Ninety-two years ago, while teaching at the University of Oregon, sculptor Avard Fairbanks commemorated the “Old Oregon Trail” by creating a 200-pound bronze medallion.
While Fairbanks’ pioneers were presumably heading west, a casting of his artwork has made its way east to Independence.
The 20-year-old casting, tarnished by time, shows a man in a wide-brimmed hat guiding oxen as they yank a covered wagon over rocky terrain. Inside the prairie schooner, a woman cradles a newborn.
The artist’s son, David Fairbanks, several years ago donated the medallion to the Independence-based Oregon-California Trails Association, which conveyed the medal to Jackson County on Tuesday.
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The medallion’s unveiling at the Historic Truman Courthouse was witnessed by about 80 people, some dressed in historical garb while others were in town for a trails workshop put on by the Partnership for the National Trails System.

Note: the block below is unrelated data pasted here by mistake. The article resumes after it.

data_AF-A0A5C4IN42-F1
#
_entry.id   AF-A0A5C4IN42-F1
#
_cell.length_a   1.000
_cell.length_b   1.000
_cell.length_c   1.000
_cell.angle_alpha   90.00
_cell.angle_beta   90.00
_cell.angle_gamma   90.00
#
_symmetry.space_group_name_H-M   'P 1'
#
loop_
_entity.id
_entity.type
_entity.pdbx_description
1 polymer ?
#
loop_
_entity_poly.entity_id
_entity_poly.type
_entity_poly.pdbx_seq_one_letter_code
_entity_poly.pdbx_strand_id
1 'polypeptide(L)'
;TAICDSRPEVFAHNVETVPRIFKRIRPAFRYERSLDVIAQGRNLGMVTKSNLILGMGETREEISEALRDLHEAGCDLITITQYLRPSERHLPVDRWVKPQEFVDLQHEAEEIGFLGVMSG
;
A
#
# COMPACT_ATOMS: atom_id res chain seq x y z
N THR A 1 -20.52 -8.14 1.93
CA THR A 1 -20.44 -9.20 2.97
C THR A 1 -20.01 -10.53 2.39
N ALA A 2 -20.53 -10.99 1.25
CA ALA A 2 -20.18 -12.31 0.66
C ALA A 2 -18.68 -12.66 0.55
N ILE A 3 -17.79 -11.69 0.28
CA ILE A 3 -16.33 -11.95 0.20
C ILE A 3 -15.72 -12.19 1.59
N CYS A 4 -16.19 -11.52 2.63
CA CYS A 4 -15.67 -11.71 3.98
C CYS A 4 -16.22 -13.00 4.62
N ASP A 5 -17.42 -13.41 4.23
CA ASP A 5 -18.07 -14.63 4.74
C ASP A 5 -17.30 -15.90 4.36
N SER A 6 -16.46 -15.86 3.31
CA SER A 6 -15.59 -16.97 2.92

Independence was a primary departure point for westbound settlers in the mid-19th century. Fairbanks’ other medallions are installed along the trail at points in Nebraska, Wyoming, Idaho, Oregon and Washington.
The event also honored the National Park Service, which will celebrate its 100th birthday in August. National Park Service superintendent Aaron Mahr joined Fairbanks, Jackson County Executive Frank White and Travis Boley of the trails association in delivering words of gratitude and remembrance.
“May we never forget the courage of these people who put their lives at risk” to settle the western United States, Fairbanks said.
Meanwhile, a mile north, Mahr joined Mayor Eileen Weir and parks and recreation director Eric Urfer to break ground on a trail-themed playground at McCoy Park.
Urfer said the 14,000-square-foot park will feature three wagons, one each for the Oregon, California and Santa Fe trails, and it’s designed to be accessible to all. For example, Urfer said, a slide has been built to be used by children in wheelchairs.